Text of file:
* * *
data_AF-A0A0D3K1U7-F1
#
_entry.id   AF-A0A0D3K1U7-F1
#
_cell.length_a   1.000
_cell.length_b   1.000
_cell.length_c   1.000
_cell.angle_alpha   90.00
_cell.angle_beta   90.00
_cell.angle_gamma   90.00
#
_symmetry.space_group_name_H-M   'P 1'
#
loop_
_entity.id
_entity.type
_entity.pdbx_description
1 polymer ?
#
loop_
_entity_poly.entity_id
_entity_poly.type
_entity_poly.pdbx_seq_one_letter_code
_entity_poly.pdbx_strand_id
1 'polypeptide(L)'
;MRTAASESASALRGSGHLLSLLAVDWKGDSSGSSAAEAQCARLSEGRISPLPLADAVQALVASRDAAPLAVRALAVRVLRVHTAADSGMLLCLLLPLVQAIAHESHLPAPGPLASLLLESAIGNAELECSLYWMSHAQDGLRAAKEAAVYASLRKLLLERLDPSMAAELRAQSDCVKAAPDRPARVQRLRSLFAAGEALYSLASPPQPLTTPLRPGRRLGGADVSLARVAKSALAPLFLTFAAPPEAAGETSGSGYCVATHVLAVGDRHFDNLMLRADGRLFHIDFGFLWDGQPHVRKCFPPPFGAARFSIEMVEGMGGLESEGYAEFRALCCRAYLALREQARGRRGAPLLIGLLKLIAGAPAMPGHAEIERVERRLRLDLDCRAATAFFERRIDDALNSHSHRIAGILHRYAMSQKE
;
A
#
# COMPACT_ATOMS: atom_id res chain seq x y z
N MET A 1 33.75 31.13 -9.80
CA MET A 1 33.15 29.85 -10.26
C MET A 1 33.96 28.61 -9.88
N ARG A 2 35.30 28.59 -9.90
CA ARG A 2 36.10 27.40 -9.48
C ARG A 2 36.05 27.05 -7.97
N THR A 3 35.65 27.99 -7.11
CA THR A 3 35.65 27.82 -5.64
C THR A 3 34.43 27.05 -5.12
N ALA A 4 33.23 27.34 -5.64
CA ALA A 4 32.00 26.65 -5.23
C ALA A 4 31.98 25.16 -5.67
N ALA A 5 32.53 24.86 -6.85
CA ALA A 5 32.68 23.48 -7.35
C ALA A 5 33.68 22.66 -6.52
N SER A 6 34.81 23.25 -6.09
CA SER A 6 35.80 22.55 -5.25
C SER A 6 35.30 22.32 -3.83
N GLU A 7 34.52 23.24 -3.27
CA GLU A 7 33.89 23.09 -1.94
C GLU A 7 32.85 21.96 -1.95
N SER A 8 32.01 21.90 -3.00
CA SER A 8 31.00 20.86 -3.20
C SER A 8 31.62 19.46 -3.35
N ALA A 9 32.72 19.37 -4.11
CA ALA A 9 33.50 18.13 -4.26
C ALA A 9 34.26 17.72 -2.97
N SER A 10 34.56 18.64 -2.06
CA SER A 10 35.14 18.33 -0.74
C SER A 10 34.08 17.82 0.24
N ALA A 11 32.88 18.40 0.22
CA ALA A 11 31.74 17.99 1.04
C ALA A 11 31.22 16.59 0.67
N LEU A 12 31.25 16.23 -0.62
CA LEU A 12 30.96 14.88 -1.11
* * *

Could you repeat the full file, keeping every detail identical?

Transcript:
data_AF-A0A0D3K1U7-F1
#
_entry.id   AF-A0A0D3K1U7-F1
#
_cell.length_a   1.000
_cell.length_b   1.000
_cell.length_c   1.000
_cell.angle_alpha   90.00
_cell.angle_beta   90.00
_cell.angle_gamma   90.00
#
_symmetry.space_group_name_H-M   'P 1'
#
loop_
_entity.id
_entity.type
_entity.pdbx_description
1 polymer ?
#
loop_
_entity_poly.entity_id
_entity_poly.type
_entity_poly.pdbx_seq_one_letter_code
_entity_poly.pdbx_strand_id
1 'polypeptide(L)'
;MRTAASESASALRGSGHLLSLLAVDWKGDSSGSSAAEAQCARLSEGRISPLPLADAVQALVASRDAAPLAVRALAVRVLRVHTAADSGMLLCLLLPLVQAIAHESHLPAPGPLASLLLESAIGNAELECSLYWMSHAQDGLRAAKEAAVYASLRKLLLERLDPSMAAELRAQSDCVKAAPDRPARVQRLRSLFAAGEALYSLASPPQPLTTPLRPGRRLGGADVSLARVAKSALAPLFLTFAAPPEAAGETSGSGYCVATHVLAVGDRHFDNLMLRADGRLFHIDFGFLWDGQPHVRKCFPPPFGAARFSIEMVEGMGGLESEGYAEFRALCCRAYLALREQARGRRGAPLLIGLLKLIAGAPAMPGHAEIERVERRLRLDLDCRAATAFFERRIDDALNSHSHRIAGILHRYAMSQKE
;
A
#
# COMPACT_ATOMS: atom_id res chain seq x y z
N MET A 1 33.75 31.13 -9.80
CA MET A 1 33.15 29.85 -10.26
C MET A 1 33.96 28.61 -9.88
N ARG A 2 35.30 28.59 -9.90
CA ARG A 2 36.10 27.40 -9.48
C ARG A 2 36.05 27.05 -7.97
N THR A 3 35.65 27.99 -7.11
CA THR A 3 35.65 27.82 -5.64
C THR A 3 34.43 27.05 -5.12
N ALA A 4 33.23 27.34 -5.64
CA ALA A 4 32.00 26.65 -5.23
C ALA A 4 31.98 25.16 -5.67
N ALA A 5 32.53 24.86 -6.85
CA ALA A 5 32.68 23.48 -7.35
C ALA A 5 33.68 22.66 -6.52
N SER A 6 34.81 23.25 -6.09
CA SER A 6 35.80 22.55 -5.25
C SER A 6 35.30 22.32 -3.83
N GLU A 7 34.52 23.24 -3.27
CA GLU A 7 33.89 23.09 -1.94
C GLU A 7 32.85 21.96 -1.95
N SER A 8 32.01 21.90 -3.00
CA SER A 8 31.00 20.86 -3.20
C SER A 8 31.62 19.46 -3.35
N ALA A 9 32.72 19.37 -4.11
CA ALA A 9 33.50 18.13 -4.26
C ALA A 9 34.26 17.72 -2.97
N SER A 10 34.56 18.64 -2.06
CA SER A 10 35.14 18.33 -0.74
C SER A 10 34.08 17.82 0.24
N ALA A 11 32.88 18.40 0.22
CA ALA A 11 31.74 17.99 1.04
C ALA A 11 31.22 16.59 0.67
N LEU A 12 31.25 16.23 -0.62
CA LEU A 12 30.96 14.88 -1.11